Wednesday, January 29, 2014

Info On Detox Patches

An ingredient called Chitin, derived from shells, is often added to foot patches.

Detoxification foot patches are derived from the practice of reflexology. Reflexology divides the sole of the foot into regions that represent organs of the body. Each region has a direct connection to its corresponding vital organ. Herbal enhanced patches are thought to draw toxins out of the vital organs through these foot regions. The use of foot patches first began in Asian cultures in combination with reflexology treatments. However, modern western scientists dispute the effectiveness of the patches.


Foot patches typically contain some type of wood or bamboo vinegar with a mixture of herbs and the mineral tourmaline. The herbs included depend upon the manufacturer. Some examples of ingredients from Takara, a major brand, include eucalyptus, Saururus chinensis, mushrooms and corn starch. Takara claims the ingredients have properties that absorb toxins.


The patches are meant to be worn at night while you sleep. The patch itself is secured to the arch of the foot with a band of fabric. The soiled patch is removed the next morning and discarded. The therapy is continued for a few days or up to two weeks. These statements have not been corroborated by the U.S. Food and Drug Administration, so it is up to the user and their alternative medicine practitioner to determine the length of treatment.


The patch is a dark brown color when it is removed. The color is attributed to the toxins that were absorbed from the energy meridians that travel to and from the foot. The foot pads are purported to aid overall health as well as the relief of headaches, fatigue, rashes, skin disorders, dizziness, depression as well as a number of other disorders. Testimonials from customers on Takara's website report higher energy levels and an overall sense of well-being.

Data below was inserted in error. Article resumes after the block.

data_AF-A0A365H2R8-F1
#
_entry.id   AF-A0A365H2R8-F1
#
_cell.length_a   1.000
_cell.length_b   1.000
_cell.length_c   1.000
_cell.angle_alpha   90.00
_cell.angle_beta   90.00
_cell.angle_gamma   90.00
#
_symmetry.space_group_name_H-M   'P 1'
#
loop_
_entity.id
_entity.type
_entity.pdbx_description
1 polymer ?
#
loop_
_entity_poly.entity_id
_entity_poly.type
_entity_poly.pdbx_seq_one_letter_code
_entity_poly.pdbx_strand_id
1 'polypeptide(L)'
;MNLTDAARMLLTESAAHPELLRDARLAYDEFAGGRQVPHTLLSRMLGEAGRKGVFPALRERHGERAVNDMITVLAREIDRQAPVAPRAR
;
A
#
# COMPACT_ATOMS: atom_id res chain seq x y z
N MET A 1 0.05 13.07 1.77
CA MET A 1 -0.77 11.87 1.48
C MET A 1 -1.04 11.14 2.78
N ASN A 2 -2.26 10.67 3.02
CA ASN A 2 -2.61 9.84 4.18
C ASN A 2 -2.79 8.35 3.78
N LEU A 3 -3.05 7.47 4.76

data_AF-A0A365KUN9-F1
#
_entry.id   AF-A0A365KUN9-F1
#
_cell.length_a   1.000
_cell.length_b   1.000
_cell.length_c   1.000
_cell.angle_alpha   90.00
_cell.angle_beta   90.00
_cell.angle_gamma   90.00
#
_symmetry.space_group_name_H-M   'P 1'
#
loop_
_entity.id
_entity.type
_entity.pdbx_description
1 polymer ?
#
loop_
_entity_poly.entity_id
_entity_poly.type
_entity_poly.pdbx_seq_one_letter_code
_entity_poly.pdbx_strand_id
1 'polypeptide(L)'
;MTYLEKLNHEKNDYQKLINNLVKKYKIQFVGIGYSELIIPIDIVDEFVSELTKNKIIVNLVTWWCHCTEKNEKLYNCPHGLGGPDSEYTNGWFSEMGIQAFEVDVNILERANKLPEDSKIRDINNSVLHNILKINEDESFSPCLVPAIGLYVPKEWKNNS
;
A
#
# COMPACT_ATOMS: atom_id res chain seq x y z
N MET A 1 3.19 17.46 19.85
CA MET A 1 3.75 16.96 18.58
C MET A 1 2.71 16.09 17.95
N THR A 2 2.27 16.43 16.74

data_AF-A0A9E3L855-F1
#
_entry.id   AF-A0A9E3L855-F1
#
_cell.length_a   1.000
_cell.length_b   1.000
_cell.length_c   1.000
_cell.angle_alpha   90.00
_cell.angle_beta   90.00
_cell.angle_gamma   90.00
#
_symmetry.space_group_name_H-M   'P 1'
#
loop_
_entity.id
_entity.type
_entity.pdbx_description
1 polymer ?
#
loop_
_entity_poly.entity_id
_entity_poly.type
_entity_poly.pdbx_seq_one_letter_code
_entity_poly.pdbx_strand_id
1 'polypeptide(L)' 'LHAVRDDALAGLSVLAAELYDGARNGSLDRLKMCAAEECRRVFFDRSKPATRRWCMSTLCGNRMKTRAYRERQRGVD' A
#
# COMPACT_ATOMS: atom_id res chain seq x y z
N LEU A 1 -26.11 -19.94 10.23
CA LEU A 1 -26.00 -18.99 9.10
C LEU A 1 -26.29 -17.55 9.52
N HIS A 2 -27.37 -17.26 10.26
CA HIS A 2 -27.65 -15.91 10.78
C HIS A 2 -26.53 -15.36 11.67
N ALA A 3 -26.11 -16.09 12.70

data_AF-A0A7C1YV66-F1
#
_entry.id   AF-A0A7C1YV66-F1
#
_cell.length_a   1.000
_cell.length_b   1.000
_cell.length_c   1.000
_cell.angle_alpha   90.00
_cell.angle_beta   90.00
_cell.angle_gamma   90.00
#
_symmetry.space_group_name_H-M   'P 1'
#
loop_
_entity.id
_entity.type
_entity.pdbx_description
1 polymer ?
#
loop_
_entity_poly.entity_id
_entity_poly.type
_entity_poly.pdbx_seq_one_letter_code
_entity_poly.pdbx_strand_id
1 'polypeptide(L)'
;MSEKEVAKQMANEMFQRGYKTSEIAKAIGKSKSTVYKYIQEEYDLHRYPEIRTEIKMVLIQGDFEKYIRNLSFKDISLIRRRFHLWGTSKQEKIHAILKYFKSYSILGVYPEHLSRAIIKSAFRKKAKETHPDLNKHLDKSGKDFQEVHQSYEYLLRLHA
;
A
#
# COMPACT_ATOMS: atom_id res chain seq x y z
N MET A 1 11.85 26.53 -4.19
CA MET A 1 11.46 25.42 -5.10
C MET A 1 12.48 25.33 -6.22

Professional Evaluation

Scientific evidence does not support the claims of foot patches as no study has been conducted to evaluate their effects. Chris Woolston evaluated foot patches in a a 2008 article published in the Los Angeles Times titled "Kinoki Foot Pads' Detox Claims Don't Stand Up to Science." After testing the foot pads on his own feet, Woolston applied saline solution. He found the saline solution caused the same color change in the pads as when he used them on his feet. Alice Park in her article "Detox Shmeetox" for Time Magazine claims that even distilled water will turn the pads into a muddy mess. These two at-home experiments cast a suspicious light on the effectiveness of the foot patches.Ultimately, it is up to the consumer to decide if a detox foot patch is right for them.

Related posts

    Detox HerbsHerbs have been used for centuries to purify the body of toxins. Herbal remedies offer many ways to detox the body. Purifying herbs can be administered in a variety of ways. In most cas...
    Diet patches are weight-loss products meant to help you burn calories by transferring herbal ingredients into your body. Some examples you can find on the market are the Pink Diet Patch and Jen Fe...
    Don't forget about safety when you quit smoking.Hospitals for a Healthy Environment's "Managing Pharmaceutical Waste: A 10-Step Blueprint for Health Care Facilities In the United States"...
    Nicotine patches can make quitting smoking easier.Quitting smoking is one of the best things you can do for your health. By taking this one step, you can reduce your risk of several types of cance...
    Hair patches can be made to clip onto--and thus cover--what is left of your own thinning hair, especially around the crown. Hair patches are also a nice alternative to toupees or wigs, which take...